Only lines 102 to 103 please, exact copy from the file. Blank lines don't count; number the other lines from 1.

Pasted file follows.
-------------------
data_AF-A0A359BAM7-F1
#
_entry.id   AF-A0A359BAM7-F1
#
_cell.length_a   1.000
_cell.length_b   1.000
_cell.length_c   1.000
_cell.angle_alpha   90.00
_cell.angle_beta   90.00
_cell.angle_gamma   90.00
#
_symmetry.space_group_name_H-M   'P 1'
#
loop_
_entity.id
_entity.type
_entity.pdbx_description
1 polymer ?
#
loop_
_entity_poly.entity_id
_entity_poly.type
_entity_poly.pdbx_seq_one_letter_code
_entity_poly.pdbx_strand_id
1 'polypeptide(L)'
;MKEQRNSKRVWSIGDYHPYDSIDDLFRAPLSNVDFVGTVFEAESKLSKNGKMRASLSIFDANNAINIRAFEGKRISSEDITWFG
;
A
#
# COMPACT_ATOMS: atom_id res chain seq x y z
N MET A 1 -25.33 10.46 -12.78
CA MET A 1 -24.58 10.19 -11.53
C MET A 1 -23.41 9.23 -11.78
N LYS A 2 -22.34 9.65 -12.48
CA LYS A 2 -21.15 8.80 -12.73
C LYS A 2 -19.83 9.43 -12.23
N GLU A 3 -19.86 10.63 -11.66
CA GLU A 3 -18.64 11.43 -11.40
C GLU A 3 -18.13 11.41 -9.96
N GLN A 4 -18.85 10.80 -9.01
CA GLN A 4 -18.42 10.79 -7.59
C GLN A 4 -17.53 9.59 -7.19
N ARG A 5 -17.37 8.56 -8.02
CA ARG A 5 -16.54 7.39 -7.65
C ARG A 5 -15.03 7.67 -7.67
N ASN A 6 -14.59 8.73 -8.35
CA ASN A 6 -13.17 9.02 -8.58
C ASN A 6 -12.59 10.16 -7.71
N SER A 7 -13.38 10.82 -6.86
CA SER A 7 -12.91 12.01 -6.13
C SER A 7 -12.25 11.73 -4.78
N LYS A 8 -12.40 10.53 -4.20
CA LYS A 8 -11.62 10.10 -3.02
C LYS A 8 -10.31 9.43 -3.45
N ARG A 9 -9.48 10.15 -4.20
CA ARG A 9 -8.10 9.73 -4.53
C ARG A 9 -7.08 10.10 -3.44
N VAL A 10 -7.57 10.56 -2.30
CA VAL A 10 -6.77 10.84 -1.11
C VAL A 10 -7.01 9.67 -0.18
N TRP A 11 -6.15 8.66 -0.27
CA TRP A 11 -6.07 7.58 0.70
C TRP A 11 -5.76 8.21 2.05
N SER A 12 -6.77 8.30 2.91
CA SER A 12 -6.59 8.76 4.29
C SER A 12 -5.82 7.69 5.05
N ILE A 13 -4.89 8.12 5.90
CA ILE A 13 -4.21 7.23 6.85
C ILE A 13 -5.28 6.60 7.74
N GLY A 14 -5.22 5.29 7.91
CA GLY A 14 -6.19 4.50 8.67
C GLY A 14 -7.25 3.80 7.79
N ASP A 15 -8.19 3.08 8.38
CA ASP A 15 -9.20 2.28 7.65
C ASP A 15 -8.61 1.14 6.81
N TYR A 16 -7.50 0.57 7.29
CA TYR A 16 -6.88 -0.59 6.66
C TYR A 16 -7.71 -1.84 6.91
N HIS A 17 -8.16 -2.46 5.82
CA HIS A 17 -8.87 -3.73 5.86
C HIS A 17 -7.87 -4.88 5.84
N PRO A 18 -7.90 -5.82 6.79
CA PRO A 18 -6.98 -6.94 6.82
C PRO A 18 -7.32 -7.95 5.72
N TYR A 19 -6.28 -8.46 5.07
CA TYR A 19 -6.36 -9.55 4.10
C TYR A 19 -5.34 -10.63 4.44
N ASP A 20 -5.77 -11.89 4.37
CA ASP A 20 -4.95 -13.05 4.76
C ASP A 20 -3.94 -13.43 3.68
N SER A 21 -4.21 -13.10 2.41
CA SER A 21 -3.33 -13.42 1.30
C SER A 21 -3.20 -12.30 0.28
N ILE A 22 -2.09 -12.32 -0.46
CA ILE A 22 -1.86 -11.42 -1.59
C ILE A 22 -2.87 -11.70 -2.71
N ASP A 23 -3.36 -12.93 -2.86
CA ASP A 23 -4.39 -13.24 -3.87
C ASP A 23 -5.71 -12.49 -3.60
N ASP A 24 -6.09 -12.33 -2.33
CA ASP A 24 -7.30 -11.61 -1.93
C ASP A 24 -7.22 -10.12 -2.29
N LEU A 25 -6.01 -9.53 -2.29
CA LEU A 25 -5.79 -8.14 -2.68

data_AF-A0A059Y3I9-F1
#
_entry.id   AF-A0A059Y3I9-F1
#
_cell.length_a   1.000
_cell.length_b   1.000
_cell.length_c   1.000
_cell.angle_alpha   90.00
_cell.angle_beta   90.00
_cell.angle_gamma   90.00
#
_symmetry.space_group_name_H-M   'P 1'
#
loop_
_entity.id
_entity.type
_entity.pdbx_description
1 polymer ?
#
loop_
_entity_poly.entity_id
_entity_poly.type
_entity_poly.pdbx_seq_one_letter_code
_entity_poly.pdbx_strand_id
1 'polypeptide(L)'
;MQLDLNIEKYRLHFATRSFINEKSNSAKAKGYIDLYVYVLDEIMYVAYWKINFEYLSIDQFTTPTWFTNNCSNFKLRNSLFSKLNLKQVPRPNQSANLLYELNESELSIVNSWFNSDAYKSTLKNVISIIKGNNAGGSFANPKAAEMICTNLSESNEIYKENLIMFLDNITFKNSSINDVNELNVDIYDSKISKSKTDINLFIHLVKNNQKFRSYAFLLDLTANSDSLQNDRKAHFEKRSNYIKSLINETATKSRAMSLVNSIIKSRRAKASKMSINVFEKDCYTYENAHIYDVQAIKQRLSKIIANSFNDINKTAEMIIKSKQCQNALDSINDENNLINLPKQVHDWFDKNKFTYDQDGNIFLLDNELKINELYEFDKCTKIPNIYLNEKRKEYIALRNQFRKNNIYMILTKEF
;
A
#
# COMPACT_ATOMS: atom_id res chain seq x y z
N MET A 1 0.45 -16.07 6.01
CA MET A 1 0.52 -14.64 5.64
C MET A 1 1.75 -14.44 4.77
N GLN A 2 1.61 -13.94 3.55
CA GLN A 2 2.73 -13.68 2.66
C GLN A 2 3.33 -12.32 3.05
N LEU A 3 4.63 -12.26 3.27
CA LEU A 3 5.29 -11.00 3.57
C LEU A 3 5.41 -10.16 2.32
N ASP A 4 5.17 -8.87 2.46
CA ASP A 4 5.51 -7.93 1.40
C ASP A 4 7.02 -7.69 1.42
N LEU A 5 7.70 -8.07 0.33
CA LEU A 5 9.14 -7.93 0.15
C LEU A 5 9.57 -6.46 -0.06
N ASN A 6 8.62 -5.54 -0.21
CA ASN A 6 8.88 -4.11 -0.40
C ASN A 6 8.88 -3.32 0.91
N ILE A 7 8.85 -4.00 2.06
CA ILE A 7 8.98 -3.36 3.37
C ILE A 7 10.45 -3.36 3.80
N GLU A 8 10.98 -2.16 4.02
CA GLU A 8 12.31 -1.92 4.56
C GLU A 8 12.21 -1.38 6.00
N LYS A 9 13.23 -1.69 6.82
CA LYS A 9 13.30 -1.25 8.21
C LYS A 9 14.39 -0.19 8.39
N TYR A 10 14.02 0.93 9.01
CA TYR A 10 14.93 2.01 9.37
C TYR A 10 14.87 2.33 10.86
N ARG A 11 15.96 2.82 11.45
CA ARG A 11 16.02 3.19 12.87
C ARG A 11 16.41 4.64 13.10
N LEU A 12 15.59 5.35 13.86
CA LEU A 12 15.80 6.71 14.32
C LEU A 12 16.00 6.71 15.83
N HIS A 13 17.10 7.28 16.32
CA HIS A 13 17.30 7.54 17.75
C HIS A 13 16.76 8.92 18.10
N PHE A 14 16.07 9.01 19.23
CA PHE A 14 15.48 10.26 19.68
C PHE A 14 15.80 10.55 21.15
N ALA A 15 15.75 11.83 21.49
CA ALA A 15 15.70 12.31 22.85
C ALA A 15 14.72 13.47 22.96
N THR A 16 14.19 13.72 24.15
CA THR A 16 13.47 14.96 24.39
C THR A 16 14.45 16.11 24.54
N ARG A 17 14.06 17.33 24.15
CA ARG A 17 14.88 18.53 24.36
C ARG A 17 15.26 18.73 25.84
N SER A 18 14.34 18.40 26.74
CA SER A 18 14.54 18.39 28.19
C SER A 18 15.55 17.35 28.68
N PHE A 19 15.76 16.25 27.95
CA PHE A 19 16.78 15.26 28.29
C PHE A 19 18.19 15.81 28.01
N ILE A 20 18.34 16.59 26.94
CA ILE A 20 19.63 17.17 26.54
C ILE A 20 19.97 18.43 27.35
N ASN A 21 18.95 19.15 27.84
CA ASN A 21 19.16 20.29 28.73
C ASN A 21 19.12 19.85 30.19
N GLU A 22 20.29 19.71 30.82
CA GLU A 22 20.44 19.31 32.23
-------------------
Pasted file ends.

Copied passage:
C ASP A 24 -7.22 -10.12 -2.29
N LEU A 25 -6.01 -9.53 -2.29